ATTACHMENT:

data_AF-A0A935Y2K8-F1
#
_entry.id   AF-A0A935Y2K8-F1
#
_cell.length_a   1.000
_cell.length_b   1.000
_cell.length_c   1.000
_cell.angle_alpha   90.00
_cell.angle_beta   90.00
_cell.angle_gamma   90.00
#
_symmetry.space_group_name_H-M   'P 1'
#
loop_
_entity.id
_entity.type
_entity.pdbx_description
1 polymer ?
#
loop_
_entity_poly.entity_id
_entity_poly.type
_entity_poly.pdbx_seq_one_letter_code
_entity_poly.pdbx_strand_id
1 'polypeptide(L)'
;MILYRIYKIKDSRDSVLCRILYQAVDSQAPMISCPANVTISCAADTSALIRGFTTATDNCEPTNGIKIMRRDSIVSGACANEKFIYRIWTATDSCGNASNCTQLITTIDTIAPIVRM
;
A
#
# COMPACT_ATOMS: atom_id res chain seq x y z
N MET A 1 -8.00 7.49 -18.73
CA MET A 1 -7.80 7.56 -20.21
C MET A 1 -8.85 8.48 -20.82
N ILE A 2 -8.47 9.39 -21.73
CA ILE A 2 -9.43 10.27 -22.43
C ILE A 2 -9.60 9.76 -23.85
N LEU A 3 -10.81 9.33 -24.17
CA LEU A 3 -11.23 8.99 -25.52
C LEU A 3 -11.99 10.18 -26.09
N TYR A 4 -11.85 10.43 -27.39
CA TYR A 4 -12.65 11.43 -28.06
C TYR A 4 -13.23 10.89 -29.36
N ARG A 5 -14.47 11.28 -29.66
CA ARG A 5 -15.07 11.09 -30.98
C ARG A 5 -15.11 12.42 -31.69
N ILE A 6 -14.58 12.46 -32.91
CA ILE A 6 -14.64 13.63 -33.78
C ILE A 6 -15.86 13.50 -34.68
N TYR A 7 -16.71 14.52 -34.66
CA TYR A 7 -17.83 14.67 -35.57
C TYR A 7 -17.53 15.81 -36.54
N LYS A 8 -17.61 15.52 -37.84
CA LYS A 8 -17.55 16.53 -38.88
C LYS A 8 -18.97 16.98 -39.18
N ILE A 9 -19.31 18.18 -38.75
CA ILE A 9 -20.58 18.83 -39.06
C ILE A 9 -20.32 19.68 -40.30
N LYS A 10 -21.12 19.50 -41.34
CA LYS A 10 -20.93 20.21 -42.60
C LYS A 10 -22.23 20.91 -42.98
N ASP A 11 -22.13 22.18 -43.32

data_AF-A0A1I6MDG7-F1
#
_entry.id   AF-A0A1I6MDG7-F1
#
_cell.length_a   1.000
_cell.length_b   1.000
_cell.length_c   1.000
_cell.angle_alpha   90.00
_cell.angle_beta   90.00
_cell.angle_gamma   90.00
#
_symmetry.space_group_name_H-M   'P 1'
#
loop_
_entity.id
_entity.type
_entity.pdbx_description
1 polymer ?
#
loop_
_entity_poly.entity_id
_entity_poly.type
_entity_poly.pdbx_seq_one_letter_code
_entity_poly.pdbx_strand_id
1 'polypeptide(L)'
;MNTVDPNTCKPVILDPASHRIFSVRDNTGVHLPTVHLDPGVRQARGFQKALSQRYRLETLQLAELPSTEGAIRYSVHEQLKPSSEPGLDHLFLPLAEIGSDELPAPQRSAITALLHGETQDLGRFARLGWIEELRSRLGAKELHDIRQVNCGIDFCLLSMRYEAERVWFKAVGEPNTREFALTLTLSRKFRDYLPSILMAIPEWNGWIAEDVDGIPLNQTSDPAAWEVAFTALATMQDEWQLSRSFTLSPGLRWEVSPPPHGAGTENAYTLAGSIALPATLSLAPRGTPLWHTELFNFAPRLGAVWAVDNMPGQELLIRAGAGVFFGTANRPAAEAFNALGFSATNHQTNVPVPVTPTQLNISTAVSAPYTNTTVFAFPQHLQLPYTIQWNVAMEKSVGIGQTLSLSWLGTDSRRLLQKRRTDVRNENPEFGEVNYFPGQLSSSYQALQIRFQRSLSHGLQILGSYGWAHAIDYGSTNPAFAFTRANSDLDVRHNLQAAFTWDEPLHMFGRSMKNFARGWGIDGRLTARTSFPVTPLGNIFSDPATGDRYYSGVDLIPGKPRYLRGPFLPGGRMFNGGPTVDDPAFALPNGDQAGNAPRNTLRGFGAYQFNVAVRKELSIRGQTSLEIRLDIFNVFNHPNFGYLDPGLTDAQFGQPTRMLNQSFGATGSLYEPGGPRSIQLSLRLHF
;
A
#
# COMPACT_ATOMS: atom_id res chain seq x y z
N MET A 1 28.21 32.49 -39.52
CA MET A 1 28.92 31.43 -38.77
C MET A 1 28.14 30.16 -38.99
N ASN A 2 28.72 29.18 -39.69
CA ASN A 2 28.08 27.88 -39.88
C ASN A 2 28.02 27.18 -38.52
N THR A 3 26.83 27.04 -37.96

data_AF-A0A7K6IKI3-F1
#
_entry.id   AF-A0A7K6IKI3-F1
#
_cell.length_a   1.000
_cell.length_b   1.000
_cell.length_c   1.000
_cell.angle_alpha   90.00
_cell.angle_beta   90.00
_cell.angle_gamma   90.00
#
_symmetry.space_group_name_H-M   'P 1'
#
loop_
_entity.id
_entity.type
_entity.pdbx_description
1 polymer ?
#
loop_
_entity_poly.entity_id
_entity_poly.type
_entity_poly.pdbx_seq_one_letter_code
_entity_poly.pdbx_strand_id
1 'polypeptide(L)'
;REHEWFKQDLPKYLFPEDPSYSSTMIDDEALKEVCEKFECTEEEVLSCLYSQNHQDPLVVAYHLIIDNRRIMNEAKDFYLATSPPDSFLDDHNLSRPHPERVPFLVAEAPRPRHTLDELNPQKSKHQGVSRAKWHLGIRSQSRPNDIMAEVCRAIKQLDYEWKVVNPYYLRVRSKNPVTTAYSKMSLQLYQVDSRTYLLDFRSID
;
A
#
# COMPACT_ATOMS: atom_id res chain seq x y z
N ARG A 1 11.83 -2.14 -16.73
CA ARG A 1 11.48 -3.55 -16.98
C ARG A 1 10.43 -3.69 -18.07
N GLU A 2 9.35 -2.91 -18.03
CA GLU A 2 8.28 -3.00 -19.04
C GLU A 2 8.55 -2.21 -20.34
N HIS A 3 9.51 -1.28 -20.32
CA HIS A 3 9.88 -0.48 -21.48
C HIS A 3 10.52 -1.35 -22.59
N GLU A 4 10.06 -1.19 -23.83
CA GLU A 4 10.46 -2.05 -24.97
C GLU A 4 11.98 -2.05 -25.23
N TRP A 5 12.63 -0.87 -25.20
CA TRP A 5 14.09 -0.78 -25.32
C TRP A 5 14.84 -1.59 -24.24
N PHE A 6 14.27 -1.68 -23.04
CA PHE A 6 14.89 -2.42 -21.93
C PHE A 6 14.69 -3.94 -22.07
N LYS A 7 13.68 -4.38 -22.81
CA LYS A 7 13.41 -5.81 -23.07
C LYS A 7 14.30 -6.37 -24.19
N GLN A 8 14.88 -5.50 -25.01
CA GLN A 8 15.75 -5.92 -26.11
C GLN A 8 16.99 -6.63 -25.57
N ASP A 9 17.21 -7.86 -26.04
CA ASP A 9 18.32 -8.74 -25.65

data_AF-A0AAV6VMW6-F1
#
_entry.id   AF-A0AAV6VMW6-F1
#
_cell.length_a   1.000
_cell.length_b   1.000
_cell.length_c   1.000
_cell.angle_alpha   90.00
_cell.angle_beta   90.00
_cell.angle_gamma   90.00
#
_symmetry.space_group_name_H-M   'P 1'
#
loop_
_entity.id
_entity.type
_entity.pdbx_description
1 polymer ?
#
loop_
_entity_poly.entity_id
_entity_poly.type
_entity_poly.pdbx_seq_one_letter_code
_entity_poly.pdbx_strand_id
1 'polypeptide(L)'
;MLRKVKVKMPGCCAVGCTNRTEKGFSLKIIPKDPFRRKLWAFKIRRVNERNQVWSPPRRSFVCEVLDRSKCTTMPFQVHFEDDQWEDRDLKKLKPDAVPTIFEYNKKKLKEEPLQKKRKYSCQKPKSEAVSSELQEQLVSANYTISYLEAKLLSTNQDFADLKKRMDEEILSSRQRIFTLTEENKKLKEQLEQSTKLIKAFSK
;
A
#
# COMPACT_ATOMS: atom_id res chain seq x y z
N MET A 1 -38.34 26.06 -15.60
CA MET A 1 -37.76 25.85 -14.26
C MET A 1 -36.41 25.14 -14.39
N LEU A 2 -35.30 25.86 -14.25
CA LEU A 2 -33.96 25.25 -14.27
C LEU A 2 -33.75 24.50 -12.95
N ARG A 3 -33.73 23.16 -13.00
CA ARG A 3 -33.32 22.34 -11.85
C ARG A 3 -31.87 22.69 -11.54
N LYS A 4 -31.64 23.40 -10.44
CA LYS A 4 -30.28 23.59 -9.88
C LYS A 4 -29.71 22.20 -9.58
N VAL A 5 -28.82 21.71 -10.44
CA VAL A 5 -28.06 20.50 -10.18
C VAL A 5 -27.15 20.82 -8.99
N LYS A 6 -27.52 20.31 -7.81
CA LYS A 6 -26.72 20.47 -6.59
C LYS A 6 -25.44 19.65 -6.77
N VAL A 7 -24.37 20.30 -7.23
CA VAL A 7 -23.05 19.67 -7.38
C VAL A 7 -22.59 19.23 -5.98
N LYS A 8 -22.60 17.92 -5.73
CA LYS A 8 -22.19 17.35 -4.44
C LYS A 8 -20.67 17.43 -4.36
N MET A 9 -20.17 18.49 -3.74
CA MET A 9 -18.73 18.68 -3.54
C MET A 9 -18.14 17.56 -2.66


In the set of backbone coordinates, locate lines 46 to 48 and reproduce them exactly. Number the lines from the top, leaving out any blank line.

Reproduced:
N ILE A 6 -14.58 12.46 -32.91
CA ILE A 6 -14.64 13.63 -33.78
C ILE A 6 -15.86 13.50 -34.68